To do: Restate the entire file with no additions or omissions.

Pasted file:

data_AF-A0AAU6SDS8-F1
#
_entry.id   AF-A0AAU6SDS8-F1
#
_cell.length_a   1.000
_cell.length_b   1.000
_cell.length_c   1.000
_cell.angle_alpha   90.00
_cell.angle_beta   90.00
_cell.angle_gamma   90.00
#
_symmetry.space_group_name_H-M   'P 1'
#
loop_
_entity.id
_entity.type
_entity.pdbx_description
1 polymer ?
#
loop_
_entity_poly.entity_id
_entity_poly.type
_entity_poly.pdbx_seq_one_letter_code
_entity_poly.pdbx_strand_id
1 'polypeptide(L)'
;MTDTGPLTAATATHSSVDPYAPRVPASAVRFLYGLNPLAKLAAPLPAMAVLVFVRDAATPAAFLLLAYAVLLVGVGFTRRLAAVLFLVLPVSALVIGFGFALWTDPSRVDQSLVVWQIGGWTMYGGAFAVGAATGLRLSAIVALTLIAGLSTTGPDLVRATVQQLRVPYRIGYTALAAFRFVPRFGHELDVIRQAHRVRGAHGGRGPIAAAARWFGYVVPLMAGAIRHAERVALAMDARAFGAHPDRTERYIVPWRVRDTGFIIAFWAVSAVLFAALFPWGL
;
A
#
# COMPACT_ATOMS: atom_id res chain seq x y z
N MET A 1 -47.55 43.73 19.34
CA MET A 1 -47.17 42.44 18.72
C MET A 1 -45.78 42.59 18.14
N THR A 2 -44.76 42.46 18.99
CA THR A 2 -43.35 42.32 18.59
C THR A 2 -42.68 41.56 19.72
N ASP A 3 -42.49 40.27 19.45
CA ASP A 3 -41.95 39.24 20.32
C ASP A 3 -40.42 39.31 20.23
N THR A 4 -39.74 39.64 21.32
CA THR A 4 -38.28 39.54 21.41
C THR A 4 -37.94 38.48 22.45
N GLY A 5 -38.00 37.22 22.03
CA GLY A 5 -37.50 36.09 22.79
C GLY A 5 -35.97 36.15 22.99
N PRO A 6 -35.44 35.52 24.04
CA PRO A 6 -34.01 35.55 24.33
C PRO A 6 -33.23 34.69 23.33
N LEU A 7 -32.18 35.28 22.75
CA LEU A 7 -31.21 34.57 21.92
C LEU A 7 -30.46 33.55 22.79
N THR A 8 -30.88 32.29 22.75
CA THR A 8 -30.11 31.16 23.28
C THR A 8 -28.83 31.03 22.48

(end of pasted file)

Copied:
data_AF-A0AAU6SDS8-F1
#
_entry.id   AF-A0AAU6SDS8-F1
#
_cell.length_a   1.000
_cell.length_b   1.000
_cell.length_c   1.000
_cell.angle_alpha   90.00
_cell.angle_beta   90.00
_cell.angle_gamma   90.00
#
_symmetry.space_group_name_H-M   'P 1'
#
loop_
_entity.id
_entity.type
_entity.pdbx_description
1 polymer ?
#
loop_
_entity_poly.entity_id
_entity_poly.type
_entity_poly.pdbx_seq_one_letter_code
_entity_poly.pdbx_strand_id
1 'polypeptide(L)'
;MTDTGPLTAATATHSSVDPYAPRVPASAVRFLYGLNPLAKLAAPLPAMAVLVFVRDAATPAAFLLLAYAVLLVGVGFTRRLAAVLFLVLPVSALVIGFGFALWTDPSRVDQSLVVWQIGGWTMYGGAFAVGAATGLRLSAIVALTLIAGLSTTGPDLVRATVQQLRVPYRIGYTALAAFRFVPRFGHELDVIRQAHRVRGAHGGRGPIAAAARWFGYVVPLMAGAIRHAERVALAMDARAFGAHPDRTERYIVPWRVRDTGFIIAFWAVSAVLFAALFPWGL
;
A
#
# COMPACT_ATOMS: atom_id res chain seq x y z
N MET A 1 -47.55 43.73 19.34
CA MET A 1 -47.17 42.44 18.72
C MET A 1 -45.78 42.59 18.14
N THR A 2 -44.76 42.46 18.99
CA THR A 2 -43.35 42.32 18.59
C THR A 2 -42.68 41.56 19.72
N ASP A 3 -42.49 40.27 19.45
CA ASP A 3 -41.95 39.24 20.32
C ASP A 3 -40.42 39.31 20.23
N THR A 4 -39.74 39.64 21.32
CA THR A 4 -38.28 39.54 21.41
C THR A 4 -37.94 38.48 22.45
N GLY A 5 -38.00 37.22 22.03
CA GLY A 5 -37.50 36.09 22.79
C GLY A 5 -35.97 36.15 22.99
N PRO A 6 -35.44 35.52 24.04
CA PRO A 6 -34.01 35.55 24.33
C PRO A 6 -33.23 34.69 23.33
N LEU A 7 -32.18 35.28 22.75
CA LEU A 7 -31.21 34.57 21.92
C LEU A 7 -30.46 33.55 22.79
N THR A 8 -30.88 32.29 22.75
CA THR A 8 -30.11 31.16 23.28
C THR A 8 -28.83 31.03 22.48